The Moor's Last Sigh | Critical Review by Alan Ryan

This literature criticism consists of approximately 4 pages of analysis & critique of The Moor's Last Sigh.
This section contains 934 words
(approx. 4 pages at 300 words per page)
Buy the Critical Review by Alan Ryan

SOURCE: A review of The Moor's Last Sigh, in The Atlanta Journal/Constitution, January 21, 1996, p. L11.

In the following review, Ryan describes The Moor's Last Sigh as "an extraordinary act of the imagination."

In 1989, Salman Rushdie's novel The Satanic Verses earned its author a fatwa, a death decree, declared by the Ayatollah Khomeini because of the book's alleged blasphemy of Islam. Among the ironies was the clear fact that The Satanic Verses was far from being Rushdie's best or most persuasive work. Since then, while living in hiding (and puckishly popping up in all sorts of places, including David Letterman's TV show), Rushdie has published short fiction, book reviews and essays, but The Moor's Last Sigh is his first full-fledged novel since The Satanic Verses, and it is as good as—maybe better than—his earlier best work, Midnight's Children.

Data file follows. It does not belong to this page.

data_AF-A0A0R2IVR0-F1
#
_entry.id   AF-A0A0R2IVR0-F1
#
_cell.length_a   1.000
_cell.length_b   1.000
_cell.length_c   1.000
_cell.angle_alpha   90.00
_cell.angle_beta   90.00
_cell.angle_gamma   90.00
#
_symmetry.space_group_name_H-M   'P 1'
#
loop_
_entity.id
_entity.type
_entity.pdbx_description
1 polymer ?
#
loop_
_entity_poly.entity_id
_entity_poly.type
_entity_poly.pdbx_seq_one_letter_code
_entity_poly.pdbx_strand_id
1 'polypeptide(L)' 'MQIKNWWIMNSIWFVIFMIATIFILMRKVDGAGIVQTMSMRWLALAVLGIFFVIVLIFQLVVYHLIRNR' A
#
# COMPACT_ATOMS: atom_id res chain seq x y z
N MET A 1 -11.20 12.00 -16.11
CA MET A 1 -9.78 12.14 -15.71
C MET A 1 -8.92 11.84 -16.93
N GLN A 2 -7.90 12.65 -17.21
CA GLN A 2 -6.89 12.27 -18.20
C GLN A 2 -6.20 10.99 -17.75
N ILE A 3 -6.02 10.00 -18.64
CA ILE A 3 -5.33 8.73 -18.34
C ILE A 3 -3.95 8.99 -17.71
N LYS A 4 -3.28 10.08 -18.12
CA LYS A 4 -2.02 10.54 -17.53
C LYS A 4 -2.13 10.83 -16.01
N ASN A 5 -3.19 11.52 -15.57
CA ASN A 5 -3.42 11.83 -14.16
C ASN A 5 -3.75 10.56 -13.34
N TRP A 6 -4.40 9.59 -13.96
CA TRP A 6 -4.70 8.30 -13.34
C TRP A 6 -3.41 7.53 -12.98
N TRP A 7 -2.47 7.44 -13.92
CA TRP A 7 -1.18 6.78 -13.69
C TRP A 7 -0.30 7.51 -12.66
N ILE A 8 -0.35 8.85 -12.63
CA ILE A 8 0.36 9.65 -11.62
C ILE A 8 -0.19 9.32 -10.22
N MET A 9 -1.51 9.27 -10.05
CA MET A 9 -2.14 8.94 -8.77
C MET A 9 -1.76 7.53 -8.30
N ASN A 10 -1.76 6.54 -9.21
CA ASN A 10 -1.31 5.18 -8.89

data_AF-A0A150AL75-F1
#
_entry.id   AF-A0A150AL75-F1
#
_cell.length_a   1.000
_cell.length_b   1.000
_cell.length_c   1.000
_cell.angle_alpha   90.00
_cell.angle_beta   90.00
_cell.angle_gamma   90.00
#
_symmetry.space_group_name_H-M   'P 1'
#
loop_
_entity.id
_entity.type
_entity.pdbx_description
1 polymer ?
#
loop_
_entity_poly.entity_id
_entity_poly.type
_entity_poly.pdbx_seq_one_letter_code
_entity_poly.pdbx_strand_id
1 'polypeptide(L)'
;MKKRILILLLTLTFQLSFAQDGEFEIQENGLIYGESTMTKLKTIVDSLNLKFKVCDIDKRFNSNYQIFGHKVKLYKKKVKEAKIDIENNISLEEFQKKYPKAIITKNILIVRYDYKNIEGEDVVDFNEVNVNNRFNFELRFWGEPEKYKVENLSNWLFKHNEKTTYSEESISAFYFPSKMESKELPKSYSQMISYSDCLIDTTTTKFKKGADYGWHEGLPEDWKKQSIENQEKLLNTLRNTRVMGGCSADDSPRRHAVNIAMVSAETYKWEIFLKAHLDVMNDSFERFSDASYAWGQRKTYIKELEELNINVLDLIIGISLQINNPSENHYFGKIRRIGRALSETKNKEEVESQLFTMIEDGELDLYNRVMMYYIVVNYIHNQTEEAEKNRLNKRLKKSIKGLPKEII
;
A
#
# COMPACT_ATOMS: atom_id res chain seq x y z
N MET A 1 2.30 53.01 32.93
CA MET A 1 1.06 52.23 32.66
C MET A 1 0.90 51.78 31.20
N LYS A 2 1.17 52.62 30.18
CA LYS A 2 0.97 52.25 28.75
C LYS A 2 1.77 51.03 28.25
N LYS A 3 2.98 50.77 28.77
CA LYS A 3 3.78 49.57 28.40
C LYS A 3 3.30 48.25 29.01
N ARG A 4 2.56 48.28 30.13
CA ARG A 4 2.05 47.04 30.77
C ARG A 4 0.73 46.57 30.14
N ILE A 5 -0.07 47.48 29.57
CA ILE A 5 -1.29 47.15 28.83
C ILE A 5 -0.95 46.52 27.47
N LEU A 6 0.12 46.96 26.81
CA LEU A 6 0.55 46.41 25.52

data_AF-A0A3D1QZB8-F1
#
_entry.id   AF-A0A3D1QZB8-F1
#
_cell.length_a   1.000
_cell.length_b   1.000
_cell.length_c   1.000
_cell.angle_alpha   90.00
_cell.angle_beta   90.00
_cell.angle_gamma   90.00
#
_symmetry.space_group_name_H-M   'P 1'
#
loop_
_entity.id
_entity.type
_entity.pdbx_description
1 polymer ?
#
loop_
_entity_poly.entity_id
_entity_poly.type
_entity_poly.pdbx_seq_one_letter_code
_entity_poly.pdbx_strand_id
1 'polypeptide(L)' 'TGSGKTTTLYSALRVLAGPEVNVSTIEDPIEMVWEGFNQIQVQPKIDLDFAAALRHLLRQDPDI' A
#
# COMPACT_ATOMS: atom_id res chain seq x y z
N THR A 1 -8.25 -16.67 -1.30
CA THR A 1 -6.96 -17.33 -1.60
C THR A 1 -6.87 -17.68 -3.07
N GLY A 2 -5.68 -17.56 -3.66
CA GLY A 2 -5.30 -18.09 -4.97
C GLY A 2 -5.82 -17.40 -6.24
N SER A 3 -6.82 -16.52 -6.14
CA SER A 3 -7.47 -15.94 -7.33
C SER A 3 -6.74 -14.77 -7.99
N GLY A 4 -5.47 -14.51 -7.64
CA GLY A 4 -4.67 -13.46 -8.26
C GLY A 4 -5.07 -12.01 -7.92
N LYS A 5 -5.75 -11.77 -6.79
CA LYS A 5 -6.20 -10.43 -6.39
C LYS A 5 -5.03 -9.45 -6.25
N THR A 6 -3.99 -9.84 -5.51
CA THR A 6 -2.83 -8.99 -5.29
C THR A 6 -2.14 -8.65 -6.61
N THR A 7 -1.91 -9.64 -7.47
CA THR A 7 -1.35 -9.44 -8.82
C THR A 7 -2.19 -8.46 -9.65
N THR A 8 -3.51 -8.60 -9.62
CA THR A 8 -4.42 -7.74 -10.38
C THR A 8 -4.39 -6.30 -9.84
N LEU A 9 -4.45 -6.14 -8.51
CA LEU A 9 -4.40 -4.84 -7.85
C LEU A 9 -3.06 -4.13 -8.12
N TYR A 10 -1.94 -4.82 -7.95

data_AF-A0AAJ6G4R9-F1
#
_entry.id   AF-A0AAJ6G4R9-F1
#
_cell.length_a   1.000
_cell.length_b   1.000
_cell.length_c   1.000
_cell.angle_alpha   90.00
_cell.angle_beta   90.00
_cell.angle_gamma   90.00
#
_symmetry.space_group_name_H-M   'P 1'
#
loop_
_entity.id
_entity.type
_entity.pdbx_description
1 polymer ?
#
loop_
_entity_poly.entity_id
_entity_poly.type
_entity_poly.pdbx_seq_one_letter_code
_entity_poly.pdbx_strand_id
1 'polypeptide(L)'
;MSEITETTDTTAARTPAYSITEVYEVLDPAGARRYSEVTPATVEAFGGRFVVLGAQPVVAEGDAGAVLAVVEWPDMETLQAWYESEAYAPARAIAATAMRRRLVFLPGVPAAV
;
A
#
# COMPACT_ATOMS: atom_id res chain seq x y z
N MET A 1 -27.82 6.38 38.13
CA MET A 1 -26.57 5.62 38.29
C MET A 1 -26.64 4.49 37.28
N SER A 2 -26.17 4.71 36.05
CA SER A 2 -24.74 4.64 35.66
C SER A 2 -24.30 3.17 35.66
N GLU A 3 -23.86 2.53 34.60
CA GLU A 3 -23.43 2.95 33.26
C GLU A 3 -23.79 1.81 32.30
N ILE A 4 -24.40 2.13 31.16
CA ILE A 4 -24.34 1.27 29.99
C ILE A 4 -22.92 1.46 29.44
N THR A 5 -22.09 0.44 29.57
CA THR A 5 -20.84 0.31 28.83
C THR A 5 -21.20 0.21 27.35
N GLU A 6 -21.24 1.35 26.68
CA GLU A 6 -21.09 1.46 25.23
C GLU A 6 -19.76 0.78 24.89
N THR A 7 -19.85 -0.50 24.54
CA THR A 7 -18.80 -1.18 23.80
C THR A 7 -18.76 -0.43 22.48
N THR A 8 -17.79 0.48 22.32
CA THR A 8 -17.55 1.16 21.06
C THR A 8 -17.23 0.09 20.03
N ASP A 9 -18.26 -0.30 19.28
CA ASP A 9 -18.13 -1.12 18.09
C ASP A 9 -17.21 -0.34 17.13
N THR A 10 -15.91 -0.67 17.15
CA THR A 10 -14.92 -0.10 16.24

In that 1990 novel...

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This section contains 934 words
(approx. 4 pages at 300 words per page)
Buy the Critical Review by Alan Ryan
Copyrights
Literature Criticism Series
Critical Review by Alan Ryan from Literature Criticism Series. ©2005-2006 Thomson Gale, a part of the Thomson Corporation. All rights reserved.
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